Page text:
“Revolution” is about exactly what it sounds like. Once again, it adds to the importance of the record. Raury lays it all out for anyone who will listen. He discusses the ridiculous amount of power in the American government and he asks about who’s protecting those who really need to be protected. He goes on to repeat that “the future is the children,” and you can tell that he means every single word that tumbles out of his mouth. Raury is a true artist, and he has a bigger vision than I can even imagine. Just listening to his words inspires me to no end and really instills me with the confidence that the right people will be able to change the world. Not many musicians can do that, let alone one who’s just releasing his debut album.
The next track, “Forbidden Knowledge,” is probably my favourite song on the entire record. It struck about a thousand and one nerves when I first listened to it. It’s as powerful as you can get. The lyric “there’s a universe in her afro, hold us back though, power in the black folk, well that’s forbidden knowledge,” nearly killed me. It connects back to all the pain that the world has felt over the past year and beyond. It brings back Ferguson and Sandra Bland and #BlackLivesMatter and it’s absolutely phenomenal. Raury doesn’t demonstrate any fear. He sings about what he knows and what he wants the world to know. He’s hit an incredible sweet spot that allows him to use what he loves to reach out to an entire generation, and it seems like people are listening.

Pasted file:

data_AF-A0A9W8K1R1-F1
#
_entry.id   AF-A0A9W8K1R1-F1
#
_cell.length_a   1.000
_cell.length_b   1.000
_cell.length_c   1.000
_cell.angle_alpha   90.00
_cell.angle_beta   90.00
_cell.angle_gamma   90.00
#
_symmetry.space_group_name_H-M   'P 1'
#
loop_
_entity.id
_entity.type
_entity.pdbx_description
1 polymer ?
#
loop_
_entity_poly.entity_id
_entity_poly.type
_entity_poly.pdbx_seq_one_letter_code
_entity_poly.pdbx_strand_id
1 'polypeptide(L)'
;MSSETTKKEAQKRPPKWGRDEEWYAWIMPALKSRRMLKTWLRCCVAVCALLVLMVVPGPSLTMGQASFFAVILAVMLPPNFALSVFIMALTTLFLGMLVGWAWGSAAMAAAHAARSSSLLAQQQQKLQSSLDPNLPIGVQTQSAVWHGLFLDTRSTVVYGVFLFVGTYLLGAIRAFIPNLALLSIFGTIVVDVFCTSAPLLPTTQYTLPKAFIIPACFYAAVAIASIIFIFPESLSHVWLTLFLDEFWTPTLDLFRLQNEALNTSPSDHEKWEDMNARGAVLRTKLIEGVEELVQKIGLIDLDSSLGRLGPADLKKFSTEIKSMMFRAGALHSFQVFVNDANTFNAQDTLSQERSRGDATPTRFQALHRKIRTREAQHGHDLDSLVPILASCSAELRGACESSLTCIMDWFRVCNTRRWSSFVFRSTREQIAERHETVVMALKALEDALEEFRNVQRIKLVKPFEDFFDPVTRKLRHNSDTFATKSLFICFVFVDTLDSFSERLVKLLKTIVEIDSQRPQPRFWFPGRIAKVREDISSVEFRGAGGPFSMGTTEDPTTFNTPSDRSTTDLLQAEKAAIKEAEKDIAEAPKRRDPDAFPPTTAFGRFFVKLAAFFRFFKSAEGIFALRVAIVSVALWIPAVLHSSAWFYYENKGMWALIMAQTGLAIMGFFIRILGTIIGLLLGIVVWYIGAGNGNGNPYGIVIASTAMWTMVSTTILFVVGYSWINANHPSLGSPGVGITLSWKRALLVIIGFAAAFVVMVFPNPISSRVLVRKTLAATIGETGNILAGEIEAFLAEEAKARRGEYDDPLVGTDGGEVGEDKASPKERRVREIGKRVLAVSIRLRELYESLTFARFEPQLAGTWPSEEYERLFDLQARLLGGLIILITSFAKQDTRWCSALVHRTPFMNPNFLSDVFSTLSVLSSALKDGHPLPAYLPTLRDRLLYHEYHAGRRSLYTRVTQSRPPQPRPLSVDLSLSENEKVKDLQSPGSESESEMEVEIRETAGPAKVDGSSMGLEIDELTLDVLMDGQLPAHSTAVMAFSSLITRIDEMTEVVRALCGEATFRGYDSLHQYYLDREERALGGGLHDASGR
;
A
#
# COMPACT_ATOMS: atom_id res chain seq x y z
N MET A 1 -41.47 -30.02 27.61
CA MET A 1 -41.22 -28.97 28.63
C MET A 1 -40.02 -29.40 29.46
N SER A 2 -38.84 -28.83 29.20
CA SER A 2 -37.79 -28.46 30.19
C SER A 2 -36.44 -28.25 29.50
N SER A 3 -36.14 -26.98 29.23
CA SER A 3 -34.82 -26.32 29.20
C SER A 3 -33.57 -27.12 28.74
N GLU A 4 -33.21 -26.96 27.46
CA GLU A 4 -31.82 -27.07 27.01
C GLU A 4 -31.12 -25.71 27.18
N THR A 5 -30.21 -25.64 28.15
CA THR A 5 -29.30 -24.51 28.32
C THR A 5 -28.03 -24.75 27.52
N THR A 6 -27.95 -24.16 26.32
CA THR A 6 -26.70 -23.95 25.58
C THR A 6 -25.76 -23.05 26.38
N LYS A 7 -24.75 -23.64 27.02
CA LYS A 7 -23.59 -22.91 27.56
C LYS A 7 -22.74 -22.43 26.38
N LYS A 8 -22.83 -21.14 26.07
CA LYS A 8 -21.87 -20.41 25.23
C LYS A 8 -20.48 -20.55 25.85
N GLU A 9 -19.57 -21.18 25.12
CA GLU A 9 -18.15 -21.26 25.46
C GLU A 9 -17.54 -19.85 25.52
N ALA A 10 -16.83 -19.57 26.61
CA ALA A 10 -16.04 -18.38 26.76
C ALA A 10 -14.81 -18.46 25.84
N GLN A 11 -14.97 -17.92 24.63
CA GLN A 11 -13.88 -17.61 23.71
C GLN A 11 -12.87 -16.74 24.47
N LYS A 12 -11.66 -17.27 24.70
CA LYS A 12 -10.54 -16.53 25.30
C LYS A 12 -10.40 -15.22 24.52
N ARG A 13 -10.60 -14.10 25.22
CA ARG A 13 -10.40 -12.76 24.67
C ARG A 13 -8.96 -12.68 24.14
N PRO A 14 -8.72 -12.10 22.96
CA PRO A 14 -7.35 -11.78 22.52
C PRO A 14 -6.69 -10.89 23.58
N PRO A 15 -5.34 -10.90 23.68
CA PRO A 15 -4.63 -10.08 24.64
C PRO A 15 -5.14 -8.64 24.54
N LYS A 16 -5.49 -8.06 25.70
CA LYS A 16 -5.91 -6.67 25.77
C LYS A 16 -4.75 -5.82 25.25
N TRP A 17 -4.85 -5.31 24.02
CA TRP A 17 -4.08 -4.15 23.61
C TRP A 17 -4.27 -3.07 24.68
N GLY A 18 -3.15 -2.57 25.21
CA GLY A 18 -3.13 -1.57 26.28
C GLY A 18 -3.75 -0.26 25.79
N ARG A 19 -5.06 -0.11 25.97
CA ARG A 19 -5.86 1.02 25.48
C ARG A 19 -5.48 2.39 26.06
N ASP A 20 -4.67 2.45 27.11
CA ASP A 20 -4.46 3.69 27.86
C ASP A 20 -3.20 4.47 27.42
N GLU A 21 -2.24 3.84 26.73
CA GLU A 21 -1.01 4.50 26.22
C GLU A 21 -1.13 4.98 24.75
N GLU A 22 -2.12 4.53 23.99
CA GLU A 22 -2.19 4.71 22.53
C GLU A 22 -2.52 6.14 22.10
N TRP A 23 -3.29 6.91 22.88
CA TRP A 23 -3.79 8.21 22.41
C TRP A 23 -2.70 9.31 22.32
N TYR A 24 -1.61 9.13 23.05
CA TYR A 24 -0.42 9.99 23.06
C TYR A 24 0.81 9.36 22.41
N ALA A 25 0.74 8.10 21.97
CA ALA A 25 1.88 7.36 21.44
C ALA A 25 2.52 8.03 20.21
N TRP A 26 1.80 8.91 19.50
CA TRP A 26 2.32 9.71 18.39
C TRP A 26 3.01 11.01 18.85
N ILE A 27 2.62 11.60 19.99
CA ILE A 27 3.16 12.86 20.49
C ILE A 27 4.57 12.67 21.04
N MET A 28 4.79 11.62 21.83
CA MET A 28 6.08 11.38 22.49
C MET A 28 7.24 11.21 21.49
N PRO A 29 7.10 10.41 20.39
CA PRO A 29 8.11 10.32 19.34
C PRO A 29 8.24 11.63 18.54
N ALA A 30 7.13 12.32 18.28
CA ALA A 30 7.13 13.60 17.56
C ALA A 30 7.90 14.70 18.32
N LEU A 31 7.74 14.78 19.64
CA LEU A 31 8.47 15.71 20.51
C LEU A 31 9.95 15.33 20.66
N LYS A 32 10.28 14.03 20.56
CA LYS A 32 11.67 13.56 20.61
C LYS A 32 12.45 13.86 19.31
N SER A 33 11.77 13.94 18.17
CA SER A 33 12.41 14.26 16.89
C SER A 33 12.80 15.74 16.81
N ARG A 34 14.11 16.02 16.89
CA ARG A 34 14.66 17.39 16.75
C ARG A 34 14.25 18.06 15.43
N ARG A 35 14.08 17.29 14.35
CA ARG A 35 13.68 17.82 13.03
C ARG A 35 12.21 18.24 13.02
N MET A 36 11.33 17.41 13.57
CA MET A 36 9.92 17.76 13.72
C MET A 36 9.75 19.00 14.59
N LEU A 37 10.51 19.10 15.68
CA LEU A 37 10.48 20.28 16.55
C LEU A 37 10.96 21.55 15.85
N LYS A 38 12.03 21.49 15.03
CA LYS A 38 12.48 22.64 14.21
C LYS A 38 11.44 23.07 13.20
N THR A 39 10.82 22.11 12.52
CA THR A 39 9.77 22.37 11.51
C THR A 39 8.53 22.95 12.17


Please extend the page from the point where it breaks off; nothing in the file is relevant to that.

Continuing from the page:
All We Need feels just as inspiring and intense as you go on. “Peace Prevail” is breathtaking, with a soaring chorus that instills mass amounts of hope into the listener. “Crystal Express” is just as beautiful and positive. It feels loving and empowering. Lines like “you came here for a reason” and “we all need light” do nothing but make you consider the best parts of life and what we can all do to hang onto them and to constantly create more of them. “Friends,” the last track on the record, is the perfect way to end off. Essentially, it’s about how much we need other people. I think that can be an easy thing to forget, and this serves as a constant reminder of all the incredible friends we have in our lives and all the different people we can come to know. All in all, this album is overwhelmingly significant and powerful.
Raury is truly a revolutionary. More than that, I believe he makes his listeners feel like they are, too. His debut record can make us all realize the importance and the pain of everything that’s occurring all over the world right now, and the potential and the ability that we have to change things. His music gathers world-changers and millennial kids and dreamers, because his music feels like it belongs to us. It feels like it belongs to a group of misfit individuals who have the ability to become so powerful that they could turn everything around. All We Need feels like a calling, like a plea for us all to act in any way that we possibly can to change what our world looks like now into something infinitely better. This kind of rebellious, far-reaching music is essential for society right now. I feel lucky just knowing that Raury has given the public such a momentous piece of art for us all to devour, and I can’t wait to hear whatever else he’s willing to share with the world.